Balsam of Gilead

Definitions

  • Balm of Gilead. Balsam
    Balm of Gilead. Balsam
  • Chambers's Twentieth Century Dictionary
    • Balsam of Gilead the resin of the tree Balsamodendron Gileadense, formerly esteemed as an antiseptic, the name originating in the belief that this is the substance mentioned in the Bible as found in Gilead, and called in the English translation 'balm.'
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Additional illustrations & photos:

Hairy Balm of Gilead. Balsam Hairy Balm of Gilead. Balsam

Etymology

Chambers's Twentieth Century Dictionary
O. Fr. basme—L. balsamum. See Balsam.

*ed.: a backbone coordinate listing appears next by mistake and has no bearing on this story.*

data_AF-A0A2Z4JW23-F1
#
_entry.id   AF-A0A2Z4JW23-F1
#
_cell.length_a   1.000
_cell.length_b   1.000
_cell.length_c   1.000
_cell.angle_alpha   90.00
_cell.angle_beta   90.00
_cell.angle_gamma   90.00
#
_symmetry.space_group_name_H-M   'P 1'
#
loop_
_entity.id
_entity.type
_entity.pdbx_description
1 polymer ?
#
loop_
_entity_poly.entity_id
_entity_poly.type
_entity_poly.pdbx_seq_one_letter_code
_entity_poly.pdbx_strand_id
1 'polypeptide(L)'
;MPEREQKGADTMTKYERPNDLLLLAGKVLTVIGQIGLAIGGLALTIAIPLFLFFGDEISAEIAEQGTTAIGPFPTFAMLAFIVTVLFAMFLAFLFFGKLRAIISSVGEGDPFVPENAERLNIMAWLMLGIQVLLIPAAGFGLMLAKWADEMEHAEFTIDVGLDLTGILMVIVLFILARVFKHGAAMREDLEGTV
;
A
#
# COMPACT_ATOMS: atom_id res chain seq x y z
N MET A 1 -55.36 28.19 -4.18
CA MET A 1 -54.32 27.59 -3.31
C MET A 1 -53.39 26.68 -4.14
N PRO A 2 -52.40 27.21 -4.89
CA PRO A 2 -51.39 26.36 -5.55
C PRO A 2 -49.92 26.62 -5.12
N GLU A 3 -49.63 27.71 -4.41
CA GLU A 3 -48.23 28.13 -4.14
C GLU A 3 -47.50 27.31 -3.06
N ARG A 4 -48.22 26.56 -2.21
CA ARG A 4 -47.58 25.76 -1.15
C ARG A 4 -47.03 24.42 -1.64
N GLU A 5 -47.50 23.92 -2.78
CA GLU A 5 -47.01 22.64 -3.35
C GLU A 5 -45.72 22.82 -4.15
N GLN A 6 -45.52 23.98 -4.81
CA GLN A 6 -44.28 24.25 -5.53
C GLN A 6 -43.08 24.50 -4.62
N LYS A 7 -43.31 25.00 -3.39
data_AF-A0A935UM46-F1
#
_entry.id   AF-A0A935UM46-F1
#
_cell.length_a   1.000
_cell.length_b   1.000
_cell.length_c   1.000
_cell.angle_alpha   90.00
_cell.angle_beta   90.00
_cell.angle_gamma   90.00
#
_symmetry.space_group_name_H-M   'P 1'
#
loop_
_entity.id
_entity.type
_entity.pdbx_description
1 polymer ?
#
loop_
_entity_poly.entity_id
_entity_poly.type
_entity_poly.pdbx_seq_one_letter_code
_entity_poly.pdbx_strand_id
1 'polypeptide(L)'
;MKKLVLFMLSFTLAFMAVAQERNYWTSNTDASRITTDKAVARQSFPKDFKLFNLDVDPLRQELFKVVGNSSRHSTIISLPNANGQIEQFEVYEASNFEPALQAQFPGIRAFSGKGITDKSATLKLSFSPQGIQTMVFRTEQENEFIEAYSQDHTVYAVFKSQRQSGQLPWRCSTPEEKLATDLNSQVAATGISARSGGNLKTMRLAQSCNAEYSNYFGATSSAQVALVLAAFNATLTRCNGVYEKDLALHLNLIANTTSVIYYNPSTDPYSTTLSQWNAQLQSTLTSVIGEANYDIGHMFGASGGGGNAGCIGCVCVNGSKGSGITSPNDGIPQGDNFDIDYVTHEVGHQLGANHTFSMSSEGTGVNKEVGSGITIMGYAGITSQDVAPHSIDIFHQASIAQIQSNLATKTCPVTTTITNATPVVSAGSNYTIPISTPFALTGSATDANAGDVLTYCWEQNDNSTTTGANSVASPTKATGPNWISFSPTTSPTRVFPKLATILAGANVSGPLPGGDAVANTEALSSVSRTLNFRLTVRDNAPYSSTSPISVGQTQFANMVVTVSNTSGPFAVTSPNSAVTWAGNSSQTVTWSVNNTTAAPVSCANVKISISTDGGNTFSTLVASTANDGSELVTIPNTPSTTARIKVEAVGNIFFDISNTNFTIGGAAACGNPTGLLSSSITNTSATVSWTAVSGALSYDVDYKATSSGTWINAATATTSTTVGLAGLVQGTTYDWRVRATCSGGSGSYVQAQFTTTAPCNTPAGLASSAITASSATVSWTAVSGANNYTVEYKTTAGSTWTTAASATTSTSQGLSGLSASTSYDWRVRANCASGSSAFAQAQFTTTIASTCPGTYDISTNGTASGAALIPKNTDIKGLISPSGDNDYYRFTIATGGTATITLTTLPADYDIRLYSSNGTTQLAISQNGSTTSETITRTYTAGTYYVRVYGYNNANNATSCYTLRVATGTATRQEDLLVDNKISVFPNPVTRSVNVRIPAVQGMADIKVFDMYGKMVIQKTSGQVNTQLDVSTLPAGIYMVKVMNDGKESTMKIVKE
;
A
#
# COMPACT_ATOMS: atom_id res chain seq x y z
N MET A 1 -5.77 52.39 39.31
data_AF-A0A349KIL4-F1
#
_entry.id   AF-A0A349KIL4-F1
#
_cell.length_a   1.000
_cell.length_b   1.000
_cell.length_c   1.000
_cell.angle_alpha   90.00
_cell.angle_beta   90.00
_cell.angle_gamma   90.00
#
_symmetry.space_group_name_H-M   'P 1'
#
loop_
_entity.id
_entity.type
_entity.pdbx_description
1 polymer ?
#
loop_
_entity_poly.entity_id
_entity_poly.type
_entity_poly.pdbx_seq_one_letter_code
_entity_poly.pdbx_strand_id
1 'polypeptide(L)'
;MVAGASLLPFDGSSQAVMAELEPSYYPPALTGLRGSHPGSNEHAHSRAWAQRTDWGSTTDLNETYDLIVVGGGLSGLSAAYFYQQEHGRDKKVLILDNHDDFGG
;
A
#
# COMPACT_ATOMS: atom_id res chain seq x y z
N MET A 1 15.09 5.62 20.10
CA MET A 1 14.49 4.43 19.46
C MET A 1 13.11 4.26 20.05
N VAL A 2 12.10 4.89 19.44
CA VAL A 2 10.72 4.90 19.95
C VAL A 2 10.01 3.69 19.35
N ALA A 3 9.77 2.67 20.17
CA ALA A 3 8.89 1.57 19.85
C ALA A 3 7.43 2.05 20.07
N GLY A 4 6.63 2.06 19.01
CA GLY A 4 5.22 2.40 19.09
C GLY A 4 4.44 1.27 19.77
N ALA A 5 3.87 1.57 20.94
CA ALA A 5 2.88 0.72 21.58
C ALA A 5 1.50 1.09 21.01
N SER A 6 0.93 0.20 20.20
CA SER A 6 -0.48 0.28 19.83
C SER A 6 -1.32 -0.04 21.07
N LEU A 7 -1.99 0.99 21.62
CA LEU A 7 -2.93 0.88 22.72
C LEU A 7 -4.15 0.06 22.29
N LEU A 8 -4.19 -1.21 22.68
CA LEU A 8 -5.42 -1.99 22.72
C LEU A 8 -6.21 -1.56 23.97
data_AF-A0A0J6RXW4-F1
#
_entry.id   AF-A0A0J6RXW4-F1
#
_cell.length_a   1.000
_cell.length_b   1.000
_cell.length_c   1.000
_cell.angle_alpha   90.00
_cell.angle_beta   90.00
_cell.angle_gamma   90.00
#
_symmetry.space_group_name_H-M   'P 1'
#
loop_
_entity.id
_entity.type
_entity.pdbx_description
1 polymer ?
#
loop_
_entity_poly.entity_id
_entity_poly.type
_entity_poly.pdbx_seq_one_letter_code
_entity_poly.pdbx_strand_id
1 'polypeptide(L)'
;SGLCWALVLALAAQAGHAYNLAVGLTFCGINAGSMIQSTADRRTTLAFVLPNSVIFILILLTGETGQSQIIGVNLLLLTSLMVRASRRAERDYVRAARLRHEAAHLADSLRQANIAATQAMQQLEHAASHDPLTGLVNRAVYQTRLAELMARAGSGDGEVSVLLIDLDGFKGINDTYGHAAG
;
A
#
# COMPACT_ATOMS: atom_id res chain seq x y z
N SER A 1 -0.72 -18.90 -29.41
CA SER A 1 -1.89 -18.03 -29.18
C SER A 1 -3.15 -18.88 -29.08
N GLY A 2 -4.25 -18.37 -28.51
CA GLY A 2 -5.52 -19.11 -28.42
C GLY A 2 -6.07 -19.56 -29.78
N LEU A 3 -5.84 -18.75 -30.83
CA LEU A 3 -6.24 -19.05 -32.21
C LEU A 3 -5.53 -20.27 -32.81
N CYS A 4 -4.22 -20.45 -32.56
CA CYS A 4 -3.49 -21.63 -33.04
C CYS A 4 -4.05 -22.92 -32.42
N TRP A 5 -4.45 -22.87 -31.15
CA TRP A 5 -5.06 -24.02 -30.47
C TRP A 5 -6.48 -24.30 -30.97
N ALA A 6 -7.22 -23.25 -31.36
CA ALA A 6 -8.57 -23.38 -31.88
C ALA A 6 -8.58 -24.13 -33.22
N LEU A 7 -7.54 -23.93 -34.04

Usage

In literature:

Poplar, Balsam, or Balm of Gilead, 118.
"Getting Acquainted with the Trees" by J. Horace McFarland
The resin of this species is the common Canada Balsam, which is often substituted for the Balm of Gilead.
"The Conquest of Canada (Vol. 2 of 2)" by George Warburton
The balsam poplar is the balm of Gilead of the early settlers, the Tacamahac of the Northern Indians.
"Trees Worth Knowing" by Julia Ellen Rogers
Then there came a caravan of Ishmaelites from Gilead; their camels carried spices, balsam, and myrrh to Egypt.
"The History of Antiquity, Vol. I (of VI)" by Max Duncker
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